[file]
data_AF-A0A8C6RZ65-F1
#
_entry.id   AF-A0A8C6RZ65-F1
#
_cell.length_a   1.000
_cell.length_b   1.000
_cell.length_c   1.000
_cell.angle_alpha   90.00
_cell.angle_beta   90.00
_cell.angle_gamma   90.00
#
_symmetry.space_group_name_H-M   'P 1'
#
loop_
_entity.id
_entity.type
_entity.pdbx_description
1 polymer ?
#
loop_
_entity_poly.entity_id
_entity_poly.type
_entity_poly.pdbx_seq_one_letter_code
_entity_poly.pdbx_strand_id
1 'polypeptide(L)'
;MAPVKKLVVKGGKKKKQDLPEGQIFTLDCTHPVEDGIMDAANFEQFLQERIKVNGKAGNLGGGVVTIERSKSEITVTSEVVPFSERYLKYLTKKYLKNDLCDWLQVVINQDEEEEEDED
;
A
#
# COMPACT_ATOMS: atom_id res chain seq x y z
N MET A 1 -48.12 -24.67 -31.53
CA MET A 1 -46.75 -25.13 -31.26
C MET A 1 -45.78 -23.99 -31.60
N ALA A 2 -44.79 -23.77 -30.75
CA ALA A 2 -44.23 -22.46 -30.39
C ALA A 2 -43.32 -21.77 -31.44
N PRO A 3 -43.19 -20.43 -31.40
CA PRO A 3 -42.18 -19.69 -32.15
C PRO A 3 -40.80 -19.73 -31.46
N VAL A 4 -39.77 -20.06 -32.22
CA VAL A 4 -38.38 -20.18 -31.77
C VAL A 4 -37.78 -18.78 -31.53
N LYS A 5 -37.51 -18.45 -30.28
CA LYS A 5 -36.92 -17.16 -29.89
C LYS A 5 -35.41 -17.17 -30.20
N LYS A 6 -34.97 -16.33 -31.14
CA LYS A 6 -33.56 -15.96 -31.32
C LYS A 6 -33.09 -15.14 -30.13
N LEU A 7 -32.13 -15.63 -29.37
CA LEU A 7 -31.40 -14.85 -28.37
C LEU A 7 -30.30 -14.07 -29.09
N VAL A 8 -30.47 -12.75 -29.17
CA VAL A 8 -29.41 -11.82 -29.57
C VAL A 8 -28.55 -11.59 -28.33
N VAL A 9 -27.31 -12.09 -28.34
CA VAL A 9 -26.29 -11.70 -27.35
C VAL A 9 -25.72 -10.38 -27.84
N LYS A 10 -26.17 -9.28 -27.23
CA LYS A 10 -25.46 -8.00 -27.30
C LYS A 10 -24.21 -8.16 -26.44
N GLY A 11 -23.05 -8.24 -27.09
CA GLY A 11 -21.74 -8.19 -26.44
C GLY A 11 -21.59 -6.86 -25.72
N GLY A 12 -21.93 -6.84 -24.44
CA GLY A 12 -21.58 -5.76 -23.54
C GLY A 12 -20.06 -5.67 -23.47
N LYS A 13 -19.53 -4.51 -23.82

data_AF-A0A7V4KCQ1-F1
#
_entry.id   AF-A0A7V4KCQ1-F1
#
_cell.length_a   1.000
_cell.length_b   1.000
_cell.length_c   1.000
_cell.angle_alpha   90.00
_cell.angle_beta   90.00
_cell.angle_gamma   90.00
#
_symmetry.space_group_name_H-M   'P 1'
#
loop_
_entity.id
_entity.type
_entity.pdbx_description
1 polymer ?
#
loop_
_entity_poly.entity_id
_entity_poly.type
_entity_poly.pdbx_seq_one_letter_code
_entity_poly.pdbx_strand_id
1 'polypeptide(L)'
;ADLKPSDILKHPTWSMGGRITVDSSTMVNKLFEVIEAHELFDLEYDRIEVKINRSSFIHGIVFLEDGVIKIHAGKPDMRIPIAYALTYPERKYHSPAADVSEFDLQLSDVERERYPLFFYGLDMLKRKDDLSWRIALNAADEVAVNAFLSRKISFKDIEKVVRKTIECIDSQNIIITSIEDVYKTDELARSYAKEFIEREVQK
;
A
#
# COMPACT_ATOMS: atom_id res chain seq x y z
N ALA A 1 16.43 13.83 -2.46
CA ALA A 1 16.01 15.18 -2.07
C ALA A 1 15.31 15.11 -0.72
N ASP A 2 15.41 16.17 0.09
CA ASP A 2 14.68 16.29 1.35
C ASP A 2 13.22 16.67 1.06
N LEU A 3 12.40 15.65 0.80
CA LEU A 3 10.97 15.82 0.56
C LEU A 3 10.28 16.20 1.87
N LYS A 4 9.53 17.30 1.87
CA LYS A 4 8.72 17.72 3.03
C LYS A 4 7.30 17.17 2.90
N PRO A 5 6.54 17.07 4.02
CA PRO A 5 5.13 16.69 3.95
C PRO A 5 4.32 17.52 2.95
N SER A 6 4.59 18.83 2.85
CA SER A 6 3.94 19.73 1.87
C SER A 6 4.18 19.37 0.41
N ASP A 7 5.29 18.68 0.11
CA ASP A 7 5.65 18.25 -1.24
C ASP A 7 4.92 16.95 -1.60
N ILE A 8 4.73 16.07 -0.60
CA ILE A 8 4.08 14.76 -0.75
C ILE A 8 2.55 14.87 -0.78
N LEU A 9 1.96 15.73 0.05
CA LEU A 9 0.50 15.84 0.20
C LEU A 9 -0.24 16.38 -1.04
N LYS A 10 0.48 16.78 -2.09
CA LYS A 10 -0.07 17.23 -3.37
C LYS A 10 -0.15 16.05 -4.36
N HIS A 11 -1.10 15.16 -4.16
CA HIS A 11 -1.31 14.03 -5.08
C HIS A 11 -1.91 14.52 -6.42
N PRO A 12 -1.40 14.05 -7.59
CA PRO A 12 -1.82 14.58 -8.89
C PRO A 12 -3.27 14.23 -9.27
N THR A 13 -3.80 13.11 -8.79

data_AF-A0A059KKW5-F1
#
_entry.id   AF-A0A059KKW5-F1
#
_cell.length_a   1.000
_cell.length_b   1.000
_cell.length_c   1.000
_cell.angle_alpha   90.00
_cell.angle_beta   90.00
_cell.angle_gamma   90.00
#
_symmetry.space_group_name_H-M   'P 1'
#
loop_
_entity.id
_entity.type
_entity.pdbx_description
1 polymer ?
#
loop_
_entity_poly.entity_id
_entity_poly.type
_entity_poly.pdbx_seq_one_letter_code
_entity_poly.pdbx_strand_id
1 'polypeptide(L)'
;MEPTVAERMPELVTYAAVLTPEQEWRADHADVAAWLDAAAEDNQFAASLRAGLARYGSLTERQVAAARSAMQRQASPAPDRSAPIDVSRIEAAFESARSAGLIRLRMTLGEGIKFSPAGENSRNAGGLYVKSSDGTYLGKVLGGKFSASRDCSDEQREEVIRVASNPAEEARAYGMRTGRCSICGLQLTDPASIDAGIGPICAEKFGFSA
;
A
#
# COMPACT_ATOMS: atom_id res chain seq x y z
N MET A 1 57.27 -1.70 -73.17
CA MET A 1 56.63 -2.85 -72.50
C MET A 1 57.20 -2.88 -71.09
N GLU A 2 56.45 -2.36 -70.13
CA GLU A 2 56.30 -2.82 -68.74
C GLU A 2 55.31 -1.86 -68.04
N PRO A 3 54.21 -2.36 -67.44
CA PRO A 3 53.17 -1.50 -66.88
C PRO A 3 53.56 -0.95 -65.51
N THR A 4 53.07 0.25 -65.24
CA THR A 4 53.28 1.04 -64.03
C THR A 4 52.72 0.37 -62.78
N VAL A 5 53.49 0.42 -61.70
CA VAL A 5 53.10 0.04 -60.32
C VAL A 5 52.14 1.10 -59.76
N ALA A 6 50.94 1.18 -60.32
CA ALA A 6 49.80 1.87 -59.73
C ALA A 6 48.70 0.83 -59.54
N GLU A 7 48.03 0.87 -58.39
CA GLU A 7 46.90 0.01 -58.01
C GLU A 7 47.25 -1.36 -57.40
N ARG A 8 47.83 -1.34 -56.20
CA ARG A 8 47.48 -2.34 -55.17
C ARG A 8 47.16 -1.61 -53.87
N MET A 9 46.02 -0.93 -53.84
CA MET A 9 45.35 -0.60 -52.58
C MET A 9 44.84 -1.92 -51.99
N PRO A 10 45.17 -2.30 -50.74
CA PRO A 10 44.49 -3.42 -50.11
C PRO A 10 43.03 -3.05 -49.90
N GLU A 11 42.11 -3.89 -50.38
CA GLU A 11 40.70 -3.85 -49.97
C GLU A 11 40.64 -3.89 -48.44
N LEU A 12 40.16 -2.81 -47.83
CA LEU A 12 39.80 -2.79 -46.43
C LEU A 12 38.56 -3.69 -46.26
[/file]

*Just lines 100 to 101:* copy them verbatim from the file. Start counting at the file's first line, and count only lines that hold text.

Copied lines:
C ALA A 1 15.31 15.11 -0.72
N ASP A 2 15.41 16.17 0.09